Beautiful masculinity looks like men who are curious rather than persistent.
Beautiful masculinity, to me, looks like men who are not afraid to feel pleasure and feel love, to celebrate another’s pleasure and love. It is men who allow themselves to be vulnerable and find the joy and power of vulnerability.
It looks like men who are able to hold someone else in their strong arms with compassion and caring. It is men willing to be held, willing to let go of control.
Beautiful masculinity to me is men willing to laugh, cry, sing, and dance.
But that is just my perspective. What does beautiful masculinity look like to you?
This post was originally published on GalenErickson.com and is republished here with permission from the author.
What’s your take on what you just read? Comment below or write a response and submit to us your own point of view or reaction here at the red box, below, which links to our submissions portal.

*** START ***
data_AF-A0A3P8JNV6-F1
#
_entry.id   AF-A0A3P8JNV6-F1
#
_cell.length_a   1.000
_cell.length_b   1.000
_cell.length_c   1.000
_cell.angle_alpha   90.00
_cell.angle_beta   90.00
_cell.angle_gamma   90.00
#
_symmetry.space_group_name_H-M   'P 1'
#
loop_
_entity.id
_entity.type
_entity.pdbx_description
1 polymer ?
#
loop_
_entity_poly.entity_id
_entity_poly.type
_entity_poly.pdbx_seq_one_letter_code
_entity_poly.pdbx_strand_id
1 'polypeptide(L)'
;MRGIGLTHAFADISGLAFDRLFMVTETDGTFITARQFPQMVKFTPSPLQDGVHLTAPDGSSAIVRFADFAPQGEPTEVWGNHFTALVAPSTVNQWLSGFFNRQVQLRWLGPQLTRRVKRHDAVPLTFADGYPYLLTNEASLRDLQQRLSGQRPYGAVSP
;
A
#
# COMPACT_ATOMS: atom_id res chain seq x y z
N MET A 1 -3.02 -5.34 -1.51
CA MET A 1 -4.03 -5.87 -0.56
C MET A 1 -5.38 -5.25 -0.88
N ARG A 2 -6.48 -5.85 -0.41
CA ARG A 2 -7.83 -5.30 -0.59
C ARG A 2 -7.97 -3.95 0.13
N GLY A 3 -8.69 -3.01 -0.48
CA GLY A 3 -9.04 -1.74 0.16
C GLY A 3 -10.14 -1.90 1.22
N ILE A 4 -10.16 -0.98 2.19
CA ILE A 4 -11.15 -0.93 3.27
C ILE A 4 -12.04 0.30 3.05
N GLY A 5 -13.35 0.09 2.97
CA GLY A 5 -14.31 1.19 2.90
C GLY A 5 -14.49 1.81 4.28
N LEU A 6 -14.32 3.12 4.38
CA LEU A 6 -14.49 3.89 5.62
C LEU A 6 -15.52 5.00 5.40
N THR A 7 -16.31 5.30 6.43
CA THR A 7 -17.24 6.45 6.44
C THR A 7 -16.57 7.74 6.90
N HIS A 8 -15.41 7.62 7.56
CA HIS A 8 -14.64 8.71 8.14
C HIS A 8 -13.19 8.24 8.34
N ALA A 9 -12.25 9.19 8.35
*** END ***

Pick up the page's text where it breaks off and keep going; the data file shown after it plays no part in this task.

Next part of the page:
If you believe in the work we are doing here at The Good Men Project, please join us as a Premium Member, today.
All Premium Members get to view The Good Men Project with NO ADS.
A $50 annual membership gives you an all-access pass. You can be a part of every call, group, class, and community.
A $25 annual membership gives you access to one class, one Social Interest group, and our online communities.
A $12 annual membership gives you access to our Friday calls with the publisher, our online community.
Register New Account
Need more info? A complete list of benefits is here.
Photo credit: Getty Images